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Deputies on bikes in Paramount have advantage of surprise to catch criminals in the act.

October 12, 1989|LEE HARRIS | TIMES STAFF WRITER

At first glance, the two men dressed in fatigue-green shorts, polo shirts and tennis shoes and riding 18-speed mountain bicycles looked like any other two people out for exercise.

But the driver who left the door of his truck open and the engine running while he made a delivery on Gundry Avenue recently had no doubts about who these men were.

Los Angeles County sheriff's deputies Augie Pando and Pierre Nadeau cited the driver for leaving his vehicle unattended.

The two deputies are part of the city's bike patrol. The deputies carry weapons, two-way radios and a cellular telephone. They have "SHERIFF" printed on their polo shirts.

While it is not unusual to see deputies on bikes in some of the beach communities like Malibu and Marina del Rey, it is rare to see them patrolling crowded suburban city streets on bicycles.

But the sheriff's bike patrol has been fighting crime in Paramount since April.

"People are surprised to see us on bikes. We have even surprised suspects in the process of committing crimes," said Pando, 35.

Bike patrolmen Pando and Nadeau, 39, are supervised by Sgt. Bill Lopez, 46. All three have $700 bikes purchased by the city of Paramount, which contracts with the county Sheriff's Department for law enforcement services.

Paramount was the first contract city to use deputies on bike patrol on the streets, said Bob Robinson, city director of public safety.

The East Los Angeles sheriff's station started using them about a month after Paramount, Sgt. Mike Allen said.

Robinson said the Paramount bike patrol started after the city launched a crackdown on drugs in March after some residents complained to city officials that not enough was being done to stop blatant drug trafficking on Gundry Avenue, a residential street with a mix of older apartment buildings and recently developed townhouses.

Some residents had complained that drug dealers would carry on their transactions openly, without fear.

Undercover sheriff's deputies in March arrested 54 people on drug charges, including possessing, selling and purchasing rock cocaine.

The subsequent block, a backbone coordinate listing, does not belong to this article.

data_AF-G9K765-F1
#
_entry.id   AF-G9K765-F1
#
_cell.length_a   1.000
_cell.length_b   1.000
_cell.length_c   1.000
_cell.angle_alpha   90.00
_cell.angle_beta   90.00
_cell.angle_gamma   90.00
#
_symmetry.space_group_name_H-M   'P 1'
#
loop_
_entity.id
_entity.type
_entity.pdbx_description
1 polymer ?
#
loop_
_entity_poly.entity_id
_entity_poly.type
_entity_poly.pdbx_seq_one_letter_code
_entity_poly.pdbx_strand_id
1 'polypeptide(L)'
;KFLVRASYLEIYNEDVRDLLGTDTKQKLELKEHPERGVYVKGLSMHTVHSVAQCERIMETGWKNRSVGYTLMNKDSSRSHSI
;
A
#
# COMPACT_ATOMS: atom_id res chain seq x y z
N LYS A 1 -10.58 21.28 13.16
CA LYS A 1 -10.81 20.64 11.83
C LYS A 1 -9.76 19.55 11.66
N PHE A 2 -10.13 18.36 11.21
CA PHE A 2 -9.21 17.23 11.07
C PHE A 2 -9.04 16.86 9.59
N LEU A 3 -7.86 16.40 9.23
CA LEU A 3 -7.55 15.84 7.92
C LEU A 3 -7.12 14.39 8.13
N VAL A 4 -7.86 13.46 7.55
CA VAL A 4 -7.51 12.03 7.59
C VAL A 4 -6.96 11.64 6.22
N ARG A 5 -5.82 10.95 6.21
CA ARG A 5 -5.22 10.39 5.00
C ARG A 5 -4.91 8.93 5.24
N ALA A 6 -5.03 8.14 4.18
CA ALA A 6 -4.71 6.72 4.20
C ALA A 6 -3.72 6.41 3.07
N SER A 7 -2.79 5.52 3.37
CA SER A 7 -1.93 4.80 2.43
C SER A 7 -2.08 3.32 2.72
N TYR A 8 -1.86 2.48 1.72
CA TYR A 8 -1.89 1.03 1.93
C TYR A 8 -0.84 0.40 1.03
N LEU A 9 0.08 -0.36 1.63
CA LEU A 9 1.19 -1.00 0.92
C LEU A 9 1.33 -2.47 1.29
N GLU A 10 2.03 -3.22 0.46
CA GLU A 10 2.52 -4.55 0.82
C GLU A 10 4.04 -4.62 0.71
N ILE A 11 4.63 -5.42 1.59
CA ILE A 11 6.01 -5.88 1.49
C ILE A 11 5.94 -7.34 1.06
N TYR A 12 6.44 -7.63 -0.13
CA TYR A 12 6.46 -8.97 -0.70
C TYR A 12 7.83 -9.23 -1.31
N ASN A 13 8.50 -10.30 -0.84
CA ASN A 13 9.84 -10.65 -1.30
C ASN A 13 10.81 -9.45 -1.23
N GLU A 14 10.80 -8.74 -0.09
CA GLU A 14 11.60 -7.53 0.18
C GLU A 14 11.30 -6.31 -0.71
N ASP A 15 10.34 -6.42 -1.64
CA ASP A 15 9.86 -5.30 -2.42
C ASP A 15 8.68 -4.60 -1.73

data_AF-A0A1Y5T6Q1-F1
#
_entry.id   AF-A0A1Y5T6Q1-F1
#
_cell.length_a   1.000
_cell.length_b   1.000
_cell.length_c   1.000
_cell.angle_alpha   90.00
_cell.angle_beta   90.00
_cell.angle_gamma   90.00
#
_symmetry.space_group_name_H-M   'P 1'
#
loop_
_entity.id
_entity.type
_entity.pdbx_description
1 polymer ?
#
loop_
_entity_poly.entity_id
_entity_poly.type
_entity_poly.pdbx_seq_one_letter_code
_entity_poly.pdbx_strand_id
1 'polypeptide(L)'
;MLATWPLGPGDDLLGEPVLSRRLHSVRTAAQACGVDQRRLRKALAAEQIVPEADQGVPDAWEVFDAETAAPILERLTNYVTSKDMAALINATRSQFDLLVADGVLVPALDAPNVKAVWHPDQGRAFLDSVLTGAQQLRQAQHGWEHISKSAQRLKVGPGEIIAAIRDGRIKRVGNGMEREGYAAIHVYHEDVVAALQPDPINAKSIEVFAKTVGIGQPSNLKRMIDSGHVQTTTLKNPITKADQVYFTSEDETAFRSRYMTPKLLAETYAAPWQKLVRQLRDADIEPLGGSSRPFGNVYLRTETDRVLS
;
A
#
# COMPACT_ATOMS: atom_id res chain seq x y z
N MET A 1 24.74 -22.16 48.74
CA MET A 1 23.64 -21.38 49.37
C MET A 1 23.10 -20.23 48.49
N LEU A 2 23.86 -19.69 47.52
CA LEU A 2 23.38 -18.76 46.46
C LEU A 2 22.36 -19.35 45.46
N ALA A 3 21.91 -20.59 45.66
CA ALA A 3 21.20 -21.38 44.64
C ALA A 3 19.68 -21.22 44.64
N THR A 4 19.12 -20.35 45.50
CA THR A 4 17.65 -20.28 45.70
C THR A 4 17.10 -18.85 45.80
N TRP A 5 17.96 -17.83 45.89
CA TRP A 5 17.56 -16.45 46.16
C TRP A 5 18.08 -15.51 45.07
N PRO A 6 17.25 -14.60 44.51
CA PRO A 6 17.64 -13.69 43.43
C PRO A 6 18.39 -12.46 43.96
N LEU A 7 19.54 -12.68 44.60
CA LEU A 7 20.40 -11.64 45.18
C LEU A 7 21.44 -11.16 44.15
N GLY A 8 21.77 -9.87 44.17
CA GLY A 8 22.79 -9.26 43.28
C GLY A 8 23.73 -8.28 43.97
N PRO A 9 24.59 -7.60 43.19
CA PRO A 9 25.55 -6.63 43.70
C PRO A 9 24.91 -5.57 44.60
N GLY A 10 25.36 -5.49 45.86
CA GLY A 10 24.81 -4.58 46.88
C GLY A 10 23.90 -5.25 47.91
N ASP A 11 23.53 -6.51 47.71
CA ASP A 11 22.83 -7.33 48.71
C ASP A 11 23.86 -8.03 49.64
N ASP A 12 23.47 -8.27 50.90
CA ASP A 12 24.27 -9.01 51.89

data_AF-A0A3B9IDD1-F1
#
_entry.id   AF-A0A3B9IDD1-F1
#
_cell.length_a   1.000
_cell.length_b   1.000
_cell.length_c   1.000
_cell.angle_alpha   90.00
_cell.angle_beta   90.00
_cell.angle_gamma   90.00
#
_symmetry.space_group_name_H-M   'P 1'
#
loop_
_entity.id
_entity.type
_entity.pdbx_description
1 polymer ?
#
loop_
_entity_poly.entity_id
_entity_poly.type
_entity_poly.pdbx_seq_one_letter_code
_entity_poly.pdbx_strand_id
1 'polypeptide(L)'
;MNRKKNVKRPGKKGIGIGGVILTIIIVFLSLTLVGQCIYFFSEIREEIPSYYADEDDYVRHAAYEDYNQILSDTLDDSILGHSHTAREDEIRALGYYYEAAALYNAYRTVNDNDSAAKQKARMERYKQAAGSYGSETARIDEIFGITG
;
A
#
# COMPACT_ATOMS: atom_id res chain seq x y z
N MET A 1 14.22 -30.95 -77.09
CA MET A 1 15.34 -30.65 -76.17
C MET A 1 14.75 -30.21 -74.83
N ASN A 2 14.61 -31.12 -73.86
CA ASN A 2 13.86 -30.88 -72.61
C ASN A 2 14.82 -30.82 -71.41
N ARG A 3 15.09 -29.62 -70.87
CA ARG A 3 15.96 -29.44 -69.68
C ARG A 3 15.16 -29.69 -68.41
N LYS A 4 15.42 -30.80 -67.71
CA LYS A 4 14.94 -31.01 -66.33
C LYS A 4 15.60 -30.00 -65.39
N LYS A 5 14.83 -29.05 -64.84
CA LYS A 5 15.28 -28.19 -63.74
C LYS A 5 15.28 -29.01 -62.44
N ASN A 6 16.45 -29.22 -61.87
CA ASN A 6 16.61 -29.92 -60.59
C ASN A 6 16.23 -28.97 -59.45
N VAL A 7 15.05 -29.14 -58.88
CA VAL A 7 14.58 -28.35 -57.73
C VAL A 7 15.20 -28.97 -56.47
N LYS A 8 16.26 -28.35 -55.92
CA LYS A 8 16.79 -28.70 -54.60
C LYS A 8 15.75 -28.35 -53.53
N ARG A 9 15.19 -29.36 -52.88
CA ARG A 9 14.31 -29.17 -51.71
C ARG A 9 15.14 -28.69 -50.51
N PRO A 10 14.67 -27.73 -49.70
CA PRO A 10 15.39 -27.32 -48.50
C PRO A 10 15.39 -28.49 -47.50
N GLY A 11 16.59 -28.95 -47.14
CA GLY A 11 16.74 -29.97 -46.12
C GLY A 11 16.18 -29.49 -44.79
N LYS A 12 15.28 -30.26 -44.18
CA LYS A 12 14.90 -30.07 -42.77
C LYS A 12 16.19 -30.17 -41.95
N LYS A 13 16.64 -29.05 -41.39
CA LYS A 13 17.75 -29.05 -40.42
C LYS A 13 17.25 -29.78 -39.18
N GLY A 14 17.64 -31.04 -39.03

The city closed off a portion of the street by building a concrete storm drain to create a cul-de-sac and stop through traffic at Somerset Boulevard. The city also installed high-intensity lights "to brighten up the area and discourage drug dealers from hiding in the shadows to do their business," Robinson said.

After the March raids, deputies started foot patrols on Gundry but soon switched to bicycles, Robinson said.

"The bikes give the officers more mobility. The officers are also not isolated from the people. They get to know the people," Robinson said.

The bike patrol is doing a good job of keeping drug dealers out of the area, said a resident who did not want to be identified. She said before the March raid a dealer had threatened to blow up her residence, because he thought she was reporting illegal drug dealings to the Sheriff's Department.

Like East Los Angeles, Paramount uses the bike patrol only occasionally or when it is needed.

"We might go out for several days in a row, then we might not take the bikes out for a week or two," Pando said.

"We try and keep the bad guys off balance by varying our police method. They don't know how we're coming," Nadeau added.

The deputies do not confine themselves to Gundry Avenue and drug dealers; they patrol in different neighborhoods of the 4.8-square-mile city of nearly 45,000.

The city recently experienced a rash of car thefts around its Towne Center Shopping Center and the Paramount Swap Meet, Sgt. Lopez said.

The bike patrol staked out the areas and arrested 11 suspects, Pando said.

"People never suspect we are deputies. We were able to pedal right up to some of them in the process of stealing the car," Pando said.

Pando said the bike patrol recently helped the Whittier Police Department issue an arrest warrant on an armed robbery suspect.

He and Nadeau went to the rear of the suspect's residence on their bikes while the Whittier officers approached from the front, Pando said. The suspect came out the front without any resistance, but if he had left from the rear, "We had him covered. The element of surprise was on our side," Pando said.

Separate statistics are not kept on the bike patrol, but city officials are convinced the patrol is having an effect on crime, especially illegal drug activities, Robinson said.

And as far as the drug dealings are concerned, deputy Nadeau said:

"We are realistic. When we arrest them in one place, they will eventually go to another dope spot."

But the deputies promised not to give up the chase with their 18-speed bikes.

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